goldkin: i has book (Default)
Earlier, I tweeted this at an old acquaintance of mine from Second Life, qDot:

@qDot VR in a nutshell: all this extra bandwidth by adding a dimension, and we still haven't figured out how to make it useful beyond porn.

@qDot The translation of the literal to the spacial is still a work in progress. That design problem is still surprisingly underexplored.

Let's unpack what's going on here. qDot and I are both big VR enthusiasts, for entirely different reasons. He's a hardware sort of guy, whereas I spend almost all of my time in software. What I'm saying here is that the spatial design that makes virtual reality actually work is missing from many designs, and that this design space seems, largely, underexplored.

This seems strange to me. The human mind is very good at spatial perception and spatial memory. So much so, that a common strategy of memorizing long strings of digits is to construct a memory palace that spatially organizes specific sets of digits into mnemonic objects or concepts.

It seems equally strange, then, that our common devices continue to use such a flat design. Even as I sit here typing this, I'm using a display model that's nothing more than an extension of the Xerox PARC GUI. Screen rendering is flat and fixed-axis, with the horizontal and vertical corresponding to the boundaries of my monitor. The third axis, depth, is entirely flat, constrained to compositing windows on top of one another in priority order. Depth of field is removed almost entirely.

It's a nice, clean, accessible design that misses out on much of what the brain has to offer in terms of processing power. So, what I really said to qDot above was:

"I think we (as a species) can do this VR thing much better, if we focus on the right spatial design problems."

How, then, does one make existing technologies make sense spatially? The games industry certainly solved it for themselves: look at the jump, for example, between
Super Metroid and Metroid Prime.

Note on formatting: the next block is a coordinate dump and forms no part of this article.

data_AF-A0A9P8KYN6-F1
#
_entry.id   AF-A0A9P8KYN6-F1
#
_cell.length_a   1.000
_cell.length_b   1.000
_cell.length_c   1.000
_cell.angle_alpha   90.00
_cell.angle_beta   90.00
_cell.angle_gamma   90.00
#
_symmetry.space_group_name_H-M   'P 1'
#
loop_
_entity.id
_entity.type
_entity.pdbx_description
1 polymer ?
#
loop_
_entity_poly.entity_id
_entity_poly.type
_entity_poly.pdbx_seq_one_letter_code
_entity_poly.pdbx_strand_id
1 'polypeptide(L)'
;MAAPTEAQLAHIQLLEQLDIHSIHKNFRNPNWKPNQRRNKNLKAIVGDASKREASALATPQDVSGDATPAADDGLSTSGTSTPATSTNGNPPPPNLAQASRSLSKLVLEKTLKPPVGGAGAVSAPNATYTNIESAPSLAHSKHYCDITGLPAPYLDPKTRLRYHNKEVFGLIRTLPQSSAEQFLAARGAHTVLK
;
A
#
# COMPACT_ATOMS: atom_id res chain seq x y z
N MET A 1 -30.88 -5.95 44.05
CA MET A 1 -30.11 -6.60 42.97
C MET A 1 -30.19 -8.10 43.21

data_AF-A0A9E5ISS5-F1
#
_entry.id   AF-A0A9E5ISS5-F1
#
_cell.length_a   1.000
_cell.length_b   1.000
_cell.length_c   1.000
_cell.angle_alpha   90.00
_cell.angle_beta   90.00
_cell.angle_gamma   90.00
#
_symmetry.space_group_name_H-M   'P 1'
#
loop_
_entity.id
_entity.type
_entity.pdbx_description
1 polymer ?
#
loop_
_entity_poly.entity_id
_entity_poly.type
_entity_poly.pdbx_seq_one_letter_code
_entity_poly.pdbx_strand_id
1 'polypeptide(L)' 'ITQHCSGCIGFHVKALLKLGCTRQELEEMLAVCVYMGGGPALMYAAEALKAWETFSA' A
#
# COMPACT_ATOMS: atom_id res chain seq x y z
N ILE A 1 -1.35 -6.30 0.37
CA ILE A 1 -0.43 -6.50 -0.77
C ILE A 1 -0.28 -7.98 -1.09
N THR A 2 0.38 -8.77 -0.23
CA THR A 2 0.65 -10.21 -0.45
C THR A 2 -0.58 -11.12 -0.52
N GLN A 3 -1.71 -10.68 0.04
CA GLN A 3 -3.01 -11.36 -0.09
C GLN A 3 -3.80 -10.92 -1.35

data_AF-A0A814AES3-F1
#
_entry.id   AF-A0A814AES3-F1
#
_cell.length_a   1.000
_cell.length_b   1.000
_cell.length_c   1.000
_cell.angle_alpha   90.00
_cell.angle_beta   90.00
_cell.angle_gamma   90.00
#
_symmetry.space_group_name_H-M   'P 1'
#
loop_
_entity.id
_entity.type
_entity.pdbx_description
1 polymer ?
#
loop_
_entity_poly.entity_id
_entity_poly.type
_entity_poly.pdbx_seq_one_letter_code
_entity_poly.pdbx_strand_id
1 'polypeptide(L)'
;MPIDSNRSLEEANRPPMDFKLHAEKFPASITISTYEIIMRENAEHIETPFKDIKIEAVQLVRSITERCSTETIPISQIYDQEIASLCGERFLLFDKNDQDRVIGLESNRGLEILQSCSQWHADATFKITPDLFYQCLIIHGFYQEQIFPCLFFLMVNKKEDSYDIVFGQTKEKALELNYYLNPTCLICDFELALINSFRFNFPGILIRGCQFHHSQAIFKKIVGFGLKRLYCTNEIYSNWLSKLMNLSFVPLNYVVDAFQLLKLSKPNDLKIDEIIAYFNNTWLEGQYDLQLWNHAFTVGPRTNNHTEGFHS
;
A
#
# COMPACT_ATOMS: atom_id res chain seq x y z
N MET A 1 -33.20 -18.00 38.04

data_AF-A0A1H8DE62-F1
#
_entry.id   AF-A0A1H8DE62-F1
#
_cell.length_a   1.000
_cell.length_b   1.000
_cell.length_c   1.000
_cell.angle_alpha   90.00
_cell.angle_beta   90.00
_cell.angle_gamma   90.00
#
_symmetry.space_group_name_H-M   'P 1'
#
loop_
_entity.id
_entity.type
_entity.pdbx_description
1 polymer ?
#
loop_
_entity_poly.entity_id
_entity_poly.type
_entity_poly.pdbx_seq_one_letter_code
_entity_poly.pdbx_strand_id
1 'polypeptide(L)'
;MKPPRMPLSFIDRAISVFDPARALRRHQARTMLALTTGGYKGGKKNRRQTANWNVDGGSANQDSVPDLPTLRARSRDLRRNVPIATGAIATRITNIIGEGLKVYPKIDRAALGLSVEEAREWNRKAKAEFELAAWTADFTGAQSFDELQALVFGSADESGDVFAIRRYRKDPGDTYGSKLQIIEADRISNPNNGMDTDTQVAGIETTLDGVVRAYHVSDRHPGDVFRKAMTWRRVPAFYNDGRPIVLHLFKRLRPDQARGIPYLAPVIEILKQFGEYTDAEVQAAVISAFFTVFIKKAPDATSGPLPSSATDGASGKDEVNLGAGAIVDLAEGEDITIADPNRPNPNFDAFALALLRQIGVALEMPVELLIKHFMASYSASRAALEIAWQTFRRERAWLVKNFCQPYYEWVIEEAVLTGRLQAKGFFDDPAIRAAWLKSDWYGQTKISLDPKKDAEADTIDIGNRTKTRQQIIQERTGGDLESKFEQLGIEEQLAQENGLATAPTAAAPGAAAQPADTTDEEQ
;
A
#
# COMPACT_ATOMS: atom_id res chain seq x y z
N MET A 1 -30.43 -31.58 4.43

This is less of a doing and more of an undoing, however. In those older 2D platformers, we were trained to the 2D abstraction. All the newer 3D games needed was to undo the flatland perspective, while retaining (and in many cases, forward-porting) all of the concepts, art, and lessons learned along the way.

I believe that this is so with the state of computing UI, as well. All we need to do is undo the flatland abstraction, while porting what we've learned along the way. I openly have no idea what form that will take, but I believe, from simple analogy and many, many experiments, that it's entirely practical.

It shouldn't surprise anyone, then, that I'm extremely excited about Google Glass, and to a lesser extent, the Oculus Rift. The primary source of my excitement is in how they change the UI model: from a flatland perspective into an overlay of reality.

This imparts in me a sort of visceral zen that I experienced, to a lesser degree, in Second Life. Even with its clumsy interface, terrible lag, and laundry list of other problems, Second Life provided for me one of the most compelling environments that I could tinker within. The sole reason: it offered me a 3D world that I could constantly alter, allowing me to bring my full mental resources to bear.

I haven't experienced quite this same feeling since then, beyond rare real life operations, working in a CAD tool like Blender, or playing the occasional 3D videogame. I miss it. But, I feel the return of this model is rapidly approaching, and it fills me with joy that others might get to finally experience this.

It seems trite of me, but I believe this small change in UI may profoundly impact how we see the world and see ourselves. That is, provided developers spend the time learning how to express their user interfaces, designs, and concepts in spatially-oriented, idiomatic ways.

Which is why I'm a software sort of dragon. I like abstraction. I enjoy playing around in the virtual ether and sharing my creations. And I just think (nay, hope) that this will let me express myself in ways that I feel are more like me.

October 2015

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